Night was upon us, I was out of food, and Frank's stash was getting pretty low. We sat down for a snack to enjoy the last bit of our nourishment and Frank shared some potato chips with me (thanks, Frankfurt!). All we had to do was traverse the east side of all four Royce lakes and then we should be at sweet, sweet camp land! Despite eating the rest of our food and having doubts about whether or not we remembered the correct coordinates of camp, we motored on. No need for headlamps, the full moon lit the way.

Luckily, in no time we were at camp (approximately 8pm). Before we had even sat down, the cheerful Jed Porter had shoved a salty, just cooked steak piece in both of our hands and commanded us to eat it. Yes, Sir! The evening passed and we ate and laughed as much as our exhausted bodies would allow. We told about our epicless epic, and Howie and Neil and the gang shared plenty of equally entertaining stories. Soon, Frank and I were reminded of the fact that after going to sleep and waking in the morning, we were going to be running some more. Joy.
Morning came, and everyone waited in their sleeping bags for the sun to pop over Merriam Peak. As soon as it did, the gang eagerly began to caffeinate. Miraculously, both Frank's and my legs they felt great!  We had a leisurely breakfast and then finally departed around 10am, on our way to Paiute Pass. I had the pleasure of being able to lace up my Hoka Stinson's this morning and man, was I excited! My feet wanted nothing more than to not feel the rocky miles that lie ahead and only the Hokas could deliver such a divine cushiness!
It was a beautiful day, and we began our run once again with some amazing single-track through French Canyon! Easily runnable, flat terrain following a river with beautiful mountain views. It really always is a good morning in the High Sierras!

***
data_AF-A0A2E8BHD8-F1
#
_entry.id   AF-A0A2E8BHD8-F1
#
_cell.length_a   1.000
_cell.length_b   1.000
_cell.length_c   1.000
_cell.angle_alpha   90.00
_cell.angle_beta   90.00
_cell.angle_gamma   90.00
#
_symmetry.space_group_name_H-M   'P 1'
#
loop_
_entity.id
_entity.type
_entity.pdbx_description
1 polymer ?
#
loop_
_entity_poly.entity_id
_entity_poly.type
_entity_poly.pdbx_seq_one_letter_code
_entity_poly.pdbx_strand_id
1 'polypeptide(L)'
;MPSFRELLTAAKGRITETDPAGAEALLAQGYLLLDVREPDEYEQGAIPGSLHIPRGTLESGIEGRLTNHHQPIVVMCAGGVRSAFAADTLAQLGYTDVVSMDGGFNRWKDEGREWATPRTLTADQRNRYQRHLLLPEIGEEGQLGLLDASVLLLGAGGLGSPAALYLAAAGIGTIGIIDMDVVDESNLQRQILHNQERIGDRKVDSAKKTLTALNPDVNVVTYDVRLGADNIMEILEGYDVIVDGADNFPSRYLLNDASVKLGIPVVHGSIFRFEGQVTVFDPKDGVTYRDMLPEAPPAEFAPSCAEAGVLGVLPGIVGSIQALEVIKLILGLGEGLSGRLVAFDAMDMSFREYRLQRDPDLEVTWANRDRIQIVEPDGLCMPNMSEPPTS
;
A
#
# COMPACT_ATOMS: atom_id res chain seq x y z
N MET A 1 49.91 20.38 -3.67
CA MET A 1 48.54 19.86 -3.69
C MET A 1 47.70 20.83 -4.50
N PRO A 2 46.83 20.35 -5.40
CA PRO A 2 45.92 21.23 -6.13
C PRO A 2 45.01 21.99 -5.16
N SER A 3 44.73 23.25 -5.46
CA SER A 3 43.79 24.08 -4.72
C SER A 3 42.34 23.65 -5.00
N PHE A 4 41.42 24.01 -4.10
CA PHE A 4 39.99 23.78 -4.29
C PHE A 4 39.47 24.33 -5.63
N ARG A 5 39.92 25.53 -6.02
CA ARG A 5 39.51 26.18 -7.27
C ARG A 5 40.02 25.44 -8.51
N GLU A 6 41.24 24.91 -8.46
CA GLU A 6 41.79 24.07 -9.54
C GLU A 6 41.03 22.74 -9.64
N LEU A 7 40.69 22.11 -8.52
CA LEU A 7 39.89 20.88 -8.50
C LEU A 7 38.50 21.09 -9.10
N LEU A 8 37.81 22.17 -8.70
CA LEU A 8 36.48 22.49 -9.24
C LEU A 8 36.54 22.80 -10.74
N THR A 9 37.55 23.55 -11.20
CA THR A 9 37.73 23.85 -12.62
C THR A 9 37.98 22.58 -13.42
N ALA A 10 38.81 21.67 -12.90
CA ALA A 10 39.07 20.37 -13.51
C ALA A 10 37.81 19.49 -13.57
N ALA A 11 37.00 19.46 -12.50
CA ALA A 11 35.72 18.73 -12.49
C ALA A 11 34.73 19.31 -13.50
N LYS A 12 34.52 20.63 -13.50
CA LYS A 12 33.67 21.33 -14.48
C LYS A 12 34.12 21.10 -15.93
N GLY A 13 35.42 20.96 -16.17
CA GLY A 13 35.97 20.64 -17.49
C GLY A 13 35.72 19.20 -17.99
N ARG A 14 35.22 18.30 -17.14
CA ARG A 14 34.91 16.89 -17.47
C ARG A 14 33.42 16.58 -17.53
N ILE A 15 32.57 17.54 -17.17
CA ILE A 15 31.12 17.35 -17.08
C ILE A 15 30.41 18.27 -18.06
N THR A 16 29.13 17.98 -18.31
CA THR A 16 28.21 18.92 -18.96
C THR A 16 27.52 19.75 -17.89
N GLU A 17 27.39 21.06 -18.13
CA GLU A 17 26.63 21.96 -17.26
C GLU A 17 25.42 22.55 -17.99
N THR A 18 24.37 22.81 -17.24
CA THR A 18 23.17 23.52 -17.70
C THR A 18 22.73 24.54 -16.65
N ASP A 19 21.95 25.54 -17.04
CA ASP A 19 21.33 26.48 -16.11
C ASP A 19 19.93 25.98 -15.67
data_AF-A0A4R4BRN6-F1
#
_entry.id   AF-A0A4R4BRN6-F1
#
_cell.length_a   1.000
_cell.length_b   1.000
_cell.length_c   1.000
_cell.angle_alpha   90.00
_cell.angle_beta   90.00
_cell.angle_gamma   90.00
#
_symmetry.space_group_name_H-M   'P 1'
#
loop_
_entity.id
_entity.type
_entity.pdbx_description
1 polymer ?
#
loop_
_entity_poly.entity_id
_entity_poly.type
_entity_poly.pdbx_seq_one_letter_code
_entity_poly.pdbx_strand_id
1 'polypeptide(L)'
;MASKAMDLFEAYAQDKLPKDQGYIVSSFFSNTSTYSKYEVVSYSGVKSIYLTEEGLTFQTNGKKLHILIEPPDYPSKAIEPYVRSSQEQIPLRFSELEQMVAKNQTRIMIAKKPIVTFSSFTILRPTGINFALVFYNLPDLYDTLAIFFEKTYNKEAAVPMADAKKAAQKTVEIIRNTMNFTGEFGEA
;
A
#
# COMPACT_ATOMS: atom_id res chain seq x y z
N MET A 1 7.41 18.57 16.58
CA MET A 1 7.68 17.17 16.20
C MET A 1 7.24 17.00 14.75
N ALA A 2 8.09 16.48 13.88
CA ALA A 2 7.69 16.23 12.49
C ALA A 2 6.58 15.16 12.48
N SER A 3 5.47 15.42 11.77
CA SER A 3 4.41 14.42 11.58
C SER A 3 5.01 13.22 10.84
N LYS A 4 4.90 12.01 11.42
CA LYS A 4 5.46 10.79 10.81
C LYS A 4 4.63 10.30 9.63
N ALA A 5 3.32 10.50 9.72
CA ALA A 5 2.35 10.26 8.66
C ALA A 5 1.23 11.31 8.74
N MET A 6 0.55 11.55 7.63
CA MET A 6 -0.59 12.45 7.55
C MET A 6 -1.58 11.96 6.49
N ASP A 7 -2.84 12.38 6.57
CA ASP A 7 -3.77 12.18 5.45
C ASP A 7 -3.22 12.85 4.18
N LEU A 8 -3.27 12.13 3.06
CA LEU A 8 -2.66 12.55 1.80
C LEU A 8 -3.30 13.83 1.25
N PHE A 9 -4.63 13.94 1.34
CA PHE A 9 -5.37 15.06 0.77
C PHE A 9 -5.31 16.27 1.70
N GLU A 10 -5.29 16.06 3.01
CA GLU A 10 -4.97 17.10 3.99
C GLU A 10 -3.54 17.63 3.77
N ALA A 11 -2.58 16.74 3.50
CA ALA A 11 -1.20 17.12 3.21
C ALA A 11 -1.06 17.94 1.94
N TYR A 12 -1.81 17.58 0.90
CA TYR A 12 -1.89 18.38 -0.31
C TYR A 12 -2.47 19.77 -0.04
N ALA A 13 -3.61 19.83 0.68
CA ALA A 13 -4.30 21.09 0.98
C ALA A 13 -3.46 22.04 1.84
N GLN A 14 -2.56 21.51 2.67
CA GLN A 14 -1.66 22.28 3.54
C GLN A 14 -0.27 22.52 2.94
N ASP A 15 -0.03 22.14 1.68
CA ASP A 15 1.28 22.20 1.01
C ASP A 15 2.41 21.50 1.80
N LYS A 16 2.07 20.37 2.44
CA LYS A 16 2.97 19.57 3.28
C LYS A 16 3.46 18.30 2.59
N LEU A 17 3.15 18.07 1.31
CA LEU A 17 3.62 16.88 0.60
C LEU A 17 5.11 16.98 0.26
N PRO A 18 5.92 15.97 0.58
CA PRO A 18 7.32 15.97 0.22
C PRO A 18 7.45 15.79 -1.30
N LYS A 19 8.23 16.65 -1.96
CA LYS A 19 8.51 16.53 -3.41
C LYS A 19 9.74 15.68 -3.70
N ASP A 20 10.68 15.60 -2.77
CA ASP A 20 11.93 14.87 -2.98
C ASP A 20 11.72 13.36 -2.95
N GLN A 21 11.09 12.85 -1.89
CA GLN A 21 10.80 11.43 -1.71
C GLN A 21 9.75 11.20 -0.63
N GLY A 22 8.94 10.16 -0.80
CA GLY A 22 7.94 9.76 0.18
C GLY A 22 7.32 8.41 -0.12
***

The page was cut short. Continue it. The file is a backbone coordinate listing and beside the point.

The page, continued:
Frank cruising the last few miles of trial past Mt Humphreys

The freshness of our legs didn't last as long as we had hoped, and after a few short hours we once again fell into a silent trudge. The trail was exposed and hot, but there were picturesque views of the lakes basin and surrounding peaks. Mt Humphreys, standing nearly 14,000ft tall, clearly demanded the attention of anyone in the Paiute basin. Its bright pinkish-red and white base stood out among the alpine granite and greenery surrounding the lakes. Peeling our eyes away from Humphreys, we noticed Paiute Pass, our final destination, was in view. The end was in sight!
The climb to the pass was pretty much non-existant, as we had gained several thousand feet of elevation since the junction of French and Paiute Canyon. We cruised up and over, quickly past a backpacker who proclaimed, "Hey! Look, it's got Scott Jurek over here!" (the same backpacker who exclaimed the exact same line to Frank just one week prior during another chance encounter on the trail). The cottonwoods were turning down canyon and we had the trail to ourselves, no better way to end your first fast-packing trip! Soon, we would be basking in the mist sprayers at the Burger Barn, sipping zesty ginger sodas! We picked up our pace and arrived at the trailhead. Yahoo!

The whole trip immediately didn't seem as exhausting as it had just the day before (kind of...) Frank and I high-fived in good spirits and began brainstorming what delicious feast we would reward ourselves with. Some river soaking, a burger, and several hours later, our minds were still turning with the question: What next? Too many possibilities in the Sierras!
Posing down in front of Merriam Peak. Ready for some more Adventure!